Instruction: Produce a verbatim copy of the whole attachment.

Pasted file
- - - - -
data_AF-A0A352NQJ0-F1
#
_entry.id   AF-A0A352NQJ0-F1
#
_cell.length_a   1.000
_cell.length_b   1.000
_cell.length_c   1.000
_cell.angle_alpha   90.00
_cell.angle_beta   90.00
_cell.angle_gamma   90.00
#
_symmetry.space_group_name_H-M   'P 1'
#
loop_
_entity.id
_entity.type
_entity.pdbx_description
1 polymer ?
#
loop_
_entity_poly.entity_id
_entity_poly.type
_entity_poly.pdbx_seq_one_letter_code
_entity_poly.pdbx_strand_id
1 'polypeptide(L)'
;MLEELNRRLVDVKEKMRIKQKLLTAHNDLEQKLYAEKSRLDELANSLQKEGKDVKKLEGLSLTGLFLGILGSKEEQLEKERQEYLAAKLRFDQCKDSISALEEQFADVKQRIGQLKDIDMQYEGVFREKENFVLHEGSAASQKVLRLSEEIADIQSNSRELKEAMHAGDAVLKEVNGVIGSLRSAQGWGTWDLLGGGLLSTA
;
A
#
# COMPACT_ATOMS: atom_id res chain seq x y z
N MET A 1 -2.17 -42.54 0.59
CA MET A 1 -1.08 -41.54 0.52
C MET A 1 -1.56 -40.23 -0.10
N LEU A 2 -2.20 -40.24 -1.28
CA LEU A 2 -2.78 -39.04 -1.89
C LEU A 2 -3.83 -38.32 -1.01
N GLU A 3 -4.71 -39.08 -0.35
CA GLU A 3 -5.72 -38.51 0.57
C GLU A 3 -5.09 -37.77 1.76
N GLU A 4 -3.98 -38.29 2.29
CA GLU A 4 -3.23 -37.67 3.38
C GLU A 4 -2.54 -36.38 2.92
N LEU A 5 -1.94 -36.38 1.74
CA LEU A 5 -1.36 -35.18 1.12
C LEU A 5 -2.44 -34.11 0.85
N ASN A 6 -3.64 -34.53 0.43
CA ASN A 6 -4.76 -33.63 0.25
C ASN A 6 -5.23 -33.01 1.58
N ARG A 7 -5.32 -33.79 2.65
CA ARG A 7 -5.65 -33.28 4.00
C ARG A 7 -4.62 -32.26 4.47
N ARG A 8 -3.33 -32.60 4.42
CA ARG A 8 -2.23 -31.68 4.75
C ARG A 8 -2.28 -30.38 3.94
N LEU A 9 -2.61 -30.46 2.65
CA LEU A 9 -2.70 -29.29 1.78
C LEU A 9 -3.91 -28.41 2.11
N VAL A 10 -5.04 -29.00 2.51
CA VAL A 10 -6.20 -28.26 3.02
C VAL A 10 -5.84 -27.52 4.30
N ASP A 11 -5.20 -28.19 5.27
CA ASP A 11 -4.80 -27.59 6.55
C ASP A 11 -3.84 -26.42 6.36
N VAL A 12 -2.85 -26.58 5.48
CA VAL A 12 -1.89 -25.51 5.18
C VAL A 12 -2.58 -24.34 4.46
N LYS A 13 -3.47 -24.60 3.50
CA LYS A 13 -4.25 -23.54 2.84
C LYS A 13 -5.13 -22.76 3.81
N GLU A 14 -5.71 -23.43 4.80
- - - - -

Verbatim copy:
data_AF-A0A352NQJ0-F1
#
_entry.id   AF-A0A352NQJ0-F1
#
_cell.length_a   1.000
_cell.length_b   1.000
_cell.length_c   1.000
_cell.angle_alpha   90.00
_cell.angle_beta   90.00
_cell.angle_gamma   90.00
#
_symmetry.space_group_name_H-M   'P 1'
#
loop_
_entity.id
_entity.type
_entity.pdbx_description
1 polymer ?
#
loop_
_entity_poly.entity_id
_entity_poly.type
_entity_poly.pdbx_seq_one_letter_code
_entity_poly.pdbx_strand_id
1 'polypeptide(L)'
;MLEELNRRLVDVKEKMRIKQKLLTAHNDLEQKLYAEKSRLDELANSLQKEGKDVKKLEGLSLTGLFLGILGSKEEQLEKERQEYLAAKLRFDQCKDSISALEEQFADVKQRIGQLKDIDMQYEGVFREKENFVLHEGSAASQKVLRLSEEIADIQSNSRELKEAMHAGDAVLKEVNGVIGSLRSAQGWGTWDLLGGGLLSTA
;
A
#
# COMPACT_ATOMS: atom_id res chain seq x y z
N MET A 1 -2.17 -42.54 0.59
CA MET A 1 -1.08 -41.54 0.52
C MET A 1 -1.56 -40.23 -0.10
N LEU A 2 -2.20 -40.24 -1.28
CA LEU A 2 -2.78 -39.04 -1.89
C LEU A 2 -3.83 -38.32 -1.01
N GLU A 3 -4.71 -39.08 -0.35
CA GLU A 3 -5.72 -38.51 0.57
C GLU A 3 -5.09 -37.77 1.76
N GLU A 4 -3.98 -38.29 2.29
CA GLU A 4 -3.23 -37.67 3.38
C GLU A 4 -2.54 -36.38 2.92
N LEU A 5 -1.94 -36.38 1.74
CA LEU A 5 -1.36 -35.18 1.12
C LEU A 5 -2.44 -34.11 0.85
N ASN A 6 -3.64 -34.53 0.43
CA ASN A 6 -4.76 -33.63 0.25
C ASN A 6 -5.23 -33.01 1.58
N ARG A 7 -5.32 -33.79 2.65
CA ARG A 7 -5.65 -33.28 4.00
C ARG A 7 -4.62 -32.26 4.47
N ARG A 8 -3.33 -32.60 4.42
CA ARG A 8 -2.23 -31.68 4.75
C ARG A 8 -2.28 -30.38 3.94
N LEU A 9 -2.61 -30.46 2.65
CA LEU A 9 -2.70 -29.29 1.78
C LEU A 9 -3.91 -28.41 2.11
N VAL A 10 -5.04 -29.00 2.51
CA VAL A 10 -6.20 -28.26 3.02
C VAL A 10 -5.84 -27.52 4.30
N ASP A 11 -5.20 -28.19 5.27
CA ASP A 11 -4.80 -27.59 6.55
C ASP A 11 -3.84 -26.42 6.36
N VAL A 12 -2.85 -26.58 5.48
CA VAL A 12 -1.89 -25.51 5.18
C VAL A 12 -2.58 -24.34 4.46
N LYS A 13 -3.47 -24.60 3.50
CA LYS A 13 -4.25 -23.54 2.84
C LYS A 13 -5.13 -22.76 3.81
N GLU A 14 -5.71 -23.43 4.80